#1: SaaS growth is slower
The COVID-era boom is over. SaaS companies have maintained most of their gains, but revenue growth is down and churn is increasingly biting.
In Q2 2023, headline MRR grew at an annualized growth rate of 10.4%. This is down from Q1 2022, when growth peaked at 61.8%.
That slower growth is driven by both lower sales, and higher churn.
In nominal terms, we estimate that net new sales are down 36% from their peak, while churn is up 29%.
It's harder to bring new customers in, and to keep them.
#2: Try-before-you-buy is table stakes for your customers
Product-led growth tactics are increasingly being employed in every segment — not just when selling to developers or SMB.
Users are becoming accustomed to trying a product before paying, and only talking to Sales after getting to value. Even enterprise buyers are starting to have this expectation.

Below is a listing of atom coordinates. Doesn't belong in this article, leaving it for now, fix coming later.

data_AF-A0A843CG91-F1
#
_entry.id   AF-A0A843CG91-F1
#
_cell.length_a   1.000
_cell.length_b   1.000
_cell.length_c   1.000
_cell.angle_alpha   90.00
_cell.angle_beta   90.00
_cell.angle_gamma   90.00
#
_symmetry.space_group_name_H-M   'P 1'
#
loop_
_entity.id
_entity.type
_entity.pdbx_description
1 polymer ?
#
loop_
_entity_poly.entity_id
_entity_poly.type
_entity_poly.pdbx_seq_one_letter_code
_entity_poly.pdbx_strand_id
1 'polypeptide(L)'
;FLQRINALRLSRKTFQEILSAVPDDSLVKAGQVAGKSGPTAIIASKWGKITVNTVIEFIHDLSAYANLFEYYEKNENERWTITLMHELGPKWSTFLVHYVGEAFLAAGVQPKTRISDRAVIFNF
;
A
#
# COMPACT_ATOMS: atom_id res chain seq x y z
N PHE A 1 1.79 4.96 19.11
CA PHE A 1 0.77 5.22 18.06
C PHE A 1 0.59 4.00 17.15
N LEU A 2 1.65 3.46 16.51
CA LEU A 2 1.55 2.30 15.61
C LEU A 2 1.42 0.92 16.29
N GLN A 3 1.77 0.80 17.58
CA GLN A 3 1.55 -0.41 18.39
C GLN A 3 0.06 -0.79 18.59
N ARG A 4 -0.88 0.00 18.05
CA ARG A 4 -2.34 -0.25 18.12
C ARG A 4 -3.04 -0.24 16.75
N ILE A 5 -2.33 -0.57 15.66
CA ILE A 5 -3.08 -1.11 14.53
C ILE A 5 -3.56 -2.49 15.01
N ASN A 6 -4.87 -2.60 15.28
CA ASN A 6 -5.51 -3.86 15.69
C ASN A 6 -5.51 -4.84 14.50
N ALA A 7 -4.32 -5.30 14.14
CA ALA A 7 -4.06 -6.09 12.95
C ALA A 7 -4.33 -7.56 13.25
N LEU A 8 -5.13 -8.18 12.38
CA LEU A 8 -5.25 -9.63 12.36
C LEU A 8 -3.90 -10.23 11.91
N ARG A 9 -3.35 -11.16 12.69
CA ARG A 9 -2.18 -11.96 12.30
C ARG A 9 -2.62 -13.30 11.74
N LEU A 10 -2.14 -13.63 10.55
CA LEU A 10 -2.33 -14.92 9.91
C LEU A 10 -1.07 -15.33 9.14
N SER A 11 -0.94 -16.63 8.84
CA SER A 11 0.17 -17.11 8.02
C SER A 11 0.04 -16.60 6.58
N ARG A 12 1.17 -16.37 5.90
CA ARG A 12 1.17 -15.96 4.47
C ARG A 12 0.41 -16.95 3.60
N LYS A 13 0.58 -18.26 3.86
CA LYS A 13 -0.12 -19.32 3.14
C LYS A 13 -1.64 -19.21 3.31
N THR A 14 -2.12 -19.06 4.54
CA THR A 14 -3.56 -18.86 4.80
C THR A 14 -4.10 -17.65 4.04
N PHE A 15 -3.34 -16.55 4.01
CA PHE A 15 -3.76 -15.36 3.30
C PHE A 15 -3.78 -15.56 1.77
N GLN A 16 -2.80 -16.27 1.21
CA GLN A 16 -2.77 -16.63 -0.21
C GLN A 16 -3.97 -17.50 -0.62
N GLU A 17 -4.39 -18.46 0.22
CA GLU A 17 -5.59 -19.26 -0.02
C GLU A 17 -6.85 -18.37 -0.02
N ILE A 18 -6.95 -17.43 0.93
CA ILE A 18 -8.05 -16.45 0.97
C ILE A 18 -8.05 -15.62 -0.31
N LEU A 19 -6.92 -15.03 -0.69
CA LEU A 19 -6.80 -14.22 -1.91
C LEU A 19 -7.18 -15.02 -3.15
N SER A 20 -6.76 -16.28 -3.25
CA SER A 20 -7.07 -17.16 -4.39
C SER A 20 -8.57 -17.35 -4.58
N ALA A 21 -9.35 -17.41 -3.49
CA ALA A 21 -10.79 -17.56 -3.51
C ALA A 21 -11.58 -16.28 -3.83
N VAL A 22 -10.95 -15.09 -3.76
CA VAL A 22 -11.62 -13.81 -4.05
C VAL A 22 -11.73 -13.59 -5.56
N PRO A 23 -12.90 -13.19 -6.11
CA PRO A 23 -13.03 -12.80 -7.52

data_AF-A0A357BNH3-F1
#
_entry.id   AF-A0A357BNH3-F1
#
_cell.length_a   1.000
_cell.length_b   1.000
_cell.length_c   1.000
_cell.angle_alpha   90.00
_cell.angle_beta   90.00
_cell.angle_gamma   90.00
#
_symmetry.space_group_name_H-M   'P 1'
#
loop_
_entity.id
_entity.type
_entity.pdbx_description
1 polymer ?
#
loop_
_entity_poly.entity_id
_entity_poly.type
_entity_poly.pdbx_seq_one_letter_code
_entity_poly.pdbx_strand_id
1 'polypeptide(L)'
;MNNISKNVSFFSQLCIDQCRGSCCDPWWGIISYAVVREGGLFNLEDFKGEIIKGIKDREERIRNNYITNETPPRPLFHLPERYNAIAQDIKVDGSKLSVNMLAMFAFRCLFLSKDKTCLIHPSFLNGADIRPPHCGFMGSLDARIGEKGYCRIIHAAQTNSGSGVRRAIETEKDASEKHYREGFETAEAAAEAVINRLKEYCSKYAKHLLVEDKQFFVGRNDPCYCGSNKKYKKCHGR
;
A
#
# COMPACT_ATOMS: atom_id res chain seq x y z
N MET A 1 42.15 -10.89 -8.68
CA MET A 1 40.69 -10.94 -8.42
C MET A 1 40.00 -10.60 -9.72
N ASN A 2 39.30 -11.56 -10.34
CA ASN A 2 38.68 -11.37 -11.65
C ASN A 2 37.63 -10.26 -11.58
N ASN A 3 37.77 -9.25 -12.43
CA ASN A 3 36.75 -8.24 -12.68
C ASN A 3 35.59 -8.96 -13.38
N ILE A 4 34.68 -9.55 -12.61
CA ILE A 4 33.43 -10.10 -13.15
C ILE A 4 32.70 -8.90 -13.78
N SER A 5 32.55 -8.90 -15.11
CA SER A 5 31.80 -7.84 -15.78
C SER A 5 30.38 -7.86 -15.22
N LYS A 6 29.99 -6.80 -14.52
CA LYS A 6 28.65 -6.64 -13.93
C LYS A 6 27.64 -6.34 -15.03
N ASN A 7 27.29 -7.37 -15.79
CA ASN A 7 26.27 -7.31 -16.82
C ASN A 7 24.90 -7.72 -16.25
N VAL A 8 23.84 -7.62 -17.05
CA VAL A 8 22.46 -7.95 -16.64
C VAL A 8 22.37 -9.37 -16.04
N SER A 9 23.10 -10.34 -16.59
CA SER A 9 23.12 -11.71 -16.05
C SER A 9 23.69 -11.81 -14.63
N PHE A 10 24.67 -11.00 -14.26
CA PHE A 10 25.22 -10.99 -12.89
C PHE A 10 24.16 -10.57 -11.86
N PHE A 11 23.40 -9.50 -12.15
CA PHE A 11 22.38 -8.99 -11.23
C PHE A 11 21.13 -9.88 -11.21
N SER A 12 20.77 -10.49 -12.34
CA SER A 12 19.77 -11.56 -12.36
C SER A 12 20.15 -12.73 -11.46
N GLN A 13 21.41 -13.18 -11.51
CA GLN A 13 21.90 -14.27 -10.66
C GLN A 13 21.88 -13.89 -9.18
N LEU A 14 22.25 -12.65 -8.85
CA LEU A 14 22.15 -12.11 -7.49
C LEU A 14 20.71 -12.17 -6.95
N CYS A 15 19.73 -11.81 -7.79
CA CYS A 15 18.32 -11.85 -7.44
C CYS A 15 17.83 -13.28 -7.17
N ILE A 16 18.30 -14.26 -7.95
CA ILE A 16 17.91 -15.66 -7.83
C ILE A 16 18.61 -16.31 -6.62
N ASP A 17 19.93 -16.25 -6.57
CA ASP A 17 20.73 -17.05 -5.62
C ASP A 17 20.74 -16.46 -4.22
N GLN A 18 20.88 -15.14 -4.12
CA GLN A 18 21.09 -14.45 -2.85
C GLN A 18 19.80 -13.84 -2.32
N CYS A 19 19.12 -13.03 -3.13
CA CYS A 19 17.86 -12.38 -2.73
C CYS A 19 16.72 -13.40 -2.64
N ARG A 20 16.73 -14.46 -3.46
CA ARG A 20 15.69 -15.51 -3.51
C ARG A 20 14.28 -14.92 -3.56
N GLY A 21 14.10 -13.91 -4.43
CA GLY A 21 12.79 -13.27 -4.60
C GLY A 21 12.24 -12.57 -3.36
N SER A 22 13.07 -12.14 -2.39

#3: Mature markets are more competitive
Regions like the US, UK, and Northern Europe are increasingly competitive, with every company having to fight more for the same target customers. This has manifested in the data as escalating customer acquisition cost (CAC).
But this presents a growth opportunity for companies willing to sell outside those major markets, and acquire more customers at a more efficient cost.
During the COVID-era boom, valuations were heavily based on ARR growth. You could raise funding almost exclusively on that metric.
As early as late 2022, the OpenView SaaS Benchmark’s report found that efficiency metrics like the Rule of 40 and your CAC payback period play a much bigger role in valuations.
Investors do want to see growth, but they're looking at the sustainability and efficiency of that growth.